Fish is not just for eating on Fridays. It’s the ultimate brain food, recommended by nutritionists as part of a balanced diet, ideally eaten two to three times a week.
White fish, such as barramundi, whiting and blue eye trevally, are lean, low in fat, and full of protein. Oily fish, including tuna, trout, sardines and salmon, is packed with omega 3 fats, which are good for reducing the risk of heart disease and other illnesses.
Some people worry that fish is difficult to prepare, or become stuck when it comes to which fish to buy. An excellent tip is to seek out the fish varieties that are available locally. Buying fish from the counter in the supermarket usually works out more cost-effective than selecting pre-packaged fish. If you can buy fish at the market that is even better. A good fish supplier will tell you how the fish was caught and will be happy to scale, clean and fillet the fish for you.
Below are five easy ways to get your fill of fish. To check if fish is cooked, use a knife to cut through the thickest part; if the fish is cooked the fish meat will no longer be translucent.
Baked in a foil parcel
One of the most simple, delicious ways to cook fish is a to place a whole fish – or a deboned fish fillet – onto a large piece of aluminium foil, drizzle some oil and lemon over it and add some herbs. Then bring the foil together to form a foil parcel and place it in the oven – depending on the size of the fish – for about 18 to 20 minutes. You could also follow our recipe for Whole Roasted Trout.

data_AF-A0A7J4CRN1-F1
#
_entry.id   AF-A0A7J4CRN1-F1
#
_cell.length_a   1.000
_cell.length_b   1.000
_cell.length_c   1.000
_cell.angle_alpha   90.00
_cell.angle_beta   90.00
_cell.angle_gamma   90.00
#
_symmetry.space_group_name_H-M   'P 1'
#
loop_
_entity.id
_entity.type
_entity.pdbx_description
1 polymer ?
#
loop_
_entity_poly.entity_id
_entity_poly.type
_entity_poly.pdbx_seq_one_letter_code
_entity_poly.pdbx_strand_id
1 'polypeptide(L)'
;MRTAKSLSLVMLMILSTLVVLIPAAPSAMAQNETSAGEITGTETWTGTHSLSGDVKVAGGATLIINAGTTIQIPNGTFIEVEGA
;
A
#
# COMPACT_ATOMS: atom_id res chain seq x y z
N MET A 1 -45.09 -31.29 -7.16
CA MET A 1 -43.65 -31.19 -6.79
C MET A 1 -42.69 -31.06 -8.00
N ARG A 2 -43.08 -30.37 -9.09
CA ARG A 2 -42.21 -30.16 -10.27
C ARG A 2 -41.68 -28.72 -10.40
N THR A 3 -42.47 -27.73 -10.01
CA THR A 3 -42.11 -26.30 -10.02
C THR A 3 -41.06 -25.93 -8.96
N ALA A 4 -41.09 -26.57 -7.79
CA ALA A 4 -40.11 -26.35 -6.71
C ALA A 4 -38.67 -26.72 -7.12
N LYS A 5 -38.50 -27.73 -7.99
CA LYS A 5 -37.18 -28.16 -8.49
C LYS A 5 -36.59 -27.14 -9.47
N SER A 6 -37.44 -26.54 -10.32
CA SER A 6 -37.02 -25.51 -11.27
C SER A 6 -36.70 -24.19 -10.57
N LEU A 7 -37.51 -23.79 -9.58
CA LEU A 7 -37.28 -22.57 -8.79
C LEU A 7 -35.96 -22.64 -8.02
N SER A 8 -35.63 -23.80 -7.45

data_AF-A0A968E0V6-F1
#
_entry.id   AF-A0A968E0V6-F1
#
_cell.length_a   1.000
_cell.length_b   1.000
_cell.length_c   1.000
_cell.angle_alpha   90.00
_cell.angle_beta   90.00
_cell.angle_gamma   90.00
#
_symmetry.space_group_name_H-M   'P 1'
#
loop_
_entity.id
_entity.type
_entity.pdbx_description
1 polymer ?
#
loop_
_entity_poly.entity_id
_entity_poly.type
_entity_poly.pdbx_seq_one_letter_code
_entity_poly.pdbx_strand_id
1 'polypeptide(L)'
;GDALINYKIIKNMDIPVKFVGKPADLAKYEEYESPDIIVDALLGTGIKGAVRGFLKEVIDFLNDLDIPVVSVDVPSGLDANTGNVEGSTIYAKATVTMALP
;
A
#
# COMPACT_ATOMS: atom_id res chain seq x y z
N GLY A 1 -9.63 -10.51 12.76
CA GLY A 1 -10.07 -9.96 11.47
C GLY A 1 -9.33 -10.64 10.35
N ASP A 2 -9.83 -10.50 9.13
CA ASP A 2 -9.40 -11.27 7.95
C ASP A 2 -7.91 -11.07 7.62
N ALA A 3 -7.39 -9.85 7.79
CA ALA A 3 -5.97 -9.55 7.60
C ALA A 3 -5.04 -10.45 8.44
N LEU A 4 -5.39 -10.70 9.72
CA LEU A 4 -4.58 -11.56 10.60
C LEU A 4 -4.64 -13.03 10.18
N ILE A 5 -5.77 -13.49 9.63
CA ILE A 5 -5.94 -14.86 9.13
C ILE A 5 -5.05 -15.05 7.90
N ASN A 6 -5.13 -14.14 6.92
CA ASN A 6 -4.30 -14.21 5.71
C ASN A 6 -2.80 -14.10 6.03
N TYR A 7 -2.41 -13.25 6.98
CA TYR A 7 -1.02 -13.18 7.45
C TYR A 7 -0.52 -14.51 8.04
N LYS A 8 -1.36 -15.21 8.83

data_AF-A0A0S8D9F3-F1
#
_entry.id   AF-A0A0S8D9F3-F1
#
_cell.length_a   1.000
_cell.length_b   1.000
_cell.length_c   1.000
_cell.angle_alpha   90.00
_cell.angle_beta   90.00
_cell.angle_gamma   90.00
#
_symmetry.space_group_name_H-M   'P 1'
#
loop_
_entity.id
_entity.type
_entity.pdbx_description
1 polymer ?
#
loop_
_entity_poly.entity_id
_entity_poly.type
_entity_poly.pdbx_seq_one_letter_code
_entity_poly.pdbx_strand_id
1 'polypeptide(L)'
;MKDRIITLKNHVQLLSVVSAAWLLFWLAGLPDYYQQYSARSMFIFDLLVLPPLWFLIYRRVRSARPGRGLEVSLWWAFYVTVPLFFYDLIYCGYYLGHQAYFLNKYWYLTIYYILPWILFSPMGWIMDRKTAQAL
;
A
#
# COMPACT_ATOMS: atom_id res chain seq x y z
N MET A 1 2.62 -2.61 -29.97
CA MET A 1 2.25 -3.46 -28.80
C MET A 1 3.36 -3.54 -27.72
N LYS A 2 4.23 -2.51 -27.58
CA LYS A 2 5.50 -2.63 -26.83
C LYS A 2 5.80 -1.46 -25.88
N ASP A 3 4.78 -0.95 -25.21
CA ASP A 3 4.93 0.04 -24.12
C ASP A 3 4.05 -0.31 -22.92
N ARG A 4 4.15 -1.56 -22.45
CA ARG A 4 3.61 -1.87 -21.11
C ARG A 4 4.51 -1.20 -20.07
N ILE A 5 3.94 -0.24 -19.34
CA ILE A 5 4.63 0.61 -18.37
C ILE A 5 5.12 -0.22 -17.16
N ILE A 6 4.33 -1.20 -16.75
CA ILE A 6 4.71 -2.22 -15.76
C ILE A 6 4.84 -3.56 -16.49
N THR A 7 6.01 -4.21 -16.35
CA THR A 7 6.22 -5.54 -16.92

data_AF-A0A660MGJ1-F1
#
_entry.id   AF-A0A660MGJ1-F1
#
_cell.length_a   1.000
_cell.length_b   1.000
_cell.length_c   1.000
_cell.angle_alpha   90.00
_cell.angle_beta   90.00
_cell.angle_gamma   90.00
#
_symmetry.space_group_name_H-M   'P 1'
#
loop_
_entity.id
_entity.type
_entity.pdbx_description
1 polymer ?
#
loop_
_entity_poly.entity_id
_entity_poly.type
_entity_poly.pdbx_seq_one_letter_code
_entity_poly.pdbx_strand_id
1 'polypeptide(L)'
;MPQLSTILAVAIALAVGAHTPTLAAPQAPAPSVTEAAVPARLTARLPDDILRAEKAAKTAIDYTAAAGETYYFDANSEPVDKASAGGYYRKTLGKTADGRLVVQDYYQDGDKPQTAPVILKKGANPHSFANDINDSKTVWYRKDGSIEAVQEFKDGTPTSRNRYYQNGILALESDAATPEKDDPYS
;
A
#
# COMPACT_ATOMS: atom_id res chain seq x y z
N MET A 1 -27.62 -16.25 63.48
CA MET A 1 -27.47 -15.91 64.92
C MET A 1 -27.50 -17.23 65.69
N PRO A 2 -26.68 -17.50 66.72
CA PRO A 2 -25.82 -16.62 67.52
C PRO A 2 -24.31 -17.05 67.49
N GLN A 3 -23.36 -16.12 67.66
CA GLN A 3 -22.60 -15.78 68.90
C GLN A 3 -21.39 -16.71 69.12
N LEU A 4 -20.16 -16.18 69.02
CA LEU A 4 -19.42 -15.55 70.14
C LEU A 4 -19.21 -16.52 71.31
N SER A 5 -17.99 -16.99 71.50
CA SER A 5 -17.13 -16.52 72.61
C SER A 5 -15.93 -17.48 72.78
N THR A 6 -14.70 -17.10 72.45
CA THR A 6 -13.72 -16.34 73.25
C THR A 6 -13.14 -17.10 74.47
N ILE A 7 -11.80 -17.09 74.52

You can place a fish fillet straight onto the barbecue hotplate, or use a fish basket to cook a whole fish. Simply season the fish with a little oil, salt and pepper (and other desired herbs). Basil, bay leaf, dill, fennel, lemon balm, parsley, tarragon are all perfect accompaniments.
French sauté or meunière
You can fry, or sauté, fish fillets lightly with a little oil in a pan. For meunière, first dry the fish fillets and then coat them in seasoned flour. Heat a little clarified butter or canola oil in a pan. Cook the fish fillets for a few minutes on each side until the oil starts to brown then remove them; add capers, lemon juice and parsley to the pan, cook for a few more minutes. Then serve the resulting browned butter/oil sauce with the fish.
Ceviche, or marinated in citrus juices
What could be more refreshing in summer than fish marinated in citrus juice, otherwise known as ceviche? Try to use the freshest fish possible and preferably semi-firm, white fish. Ask the fishmonger to take off the skin if you don’t want to remove this yourself. Cut fish into large, even cubes, or thin pieces, and place in a bowl. Pour lime or citrus juice (about half a cup of lime/citrus juice for each one pound of fish) over the fish pieces and marinate for 10 to 20 minutes. The fish is effectively ‘cured’ in the citrus juice so there is no need for cooking.
Steaming is probably the healthiest, and most delicate, way to prepare fish. If you have a steamer, place the fish inside, cover it and put over a pan of boiling water. An inch-thick fillet will take around 10 minutes to cook on simmer. If you don’t have a steamer, put about half an inch of water in a large skillet or heavy pan. Then place the fish fillet on an over-proof plate over the water in the pan; cover and steam for 10 minutes. To give it more flavour, splash over a little sesame oil or soy sauce or add garlic, ginger and chopped shallots.
An easy way to get more fish into your diet is to add canned tuna to a salad for a healthy lunch, or make Salmon Burgers for supper. You could also try mashing sardines together with some potato and herbs.
Of course, you and I know that one of the most enjoyable ways to eat fish is with chips, with plenty of vinegar and a little salt, preferably while looking at the sea. And that’s still sort of a health food… the fish part at least!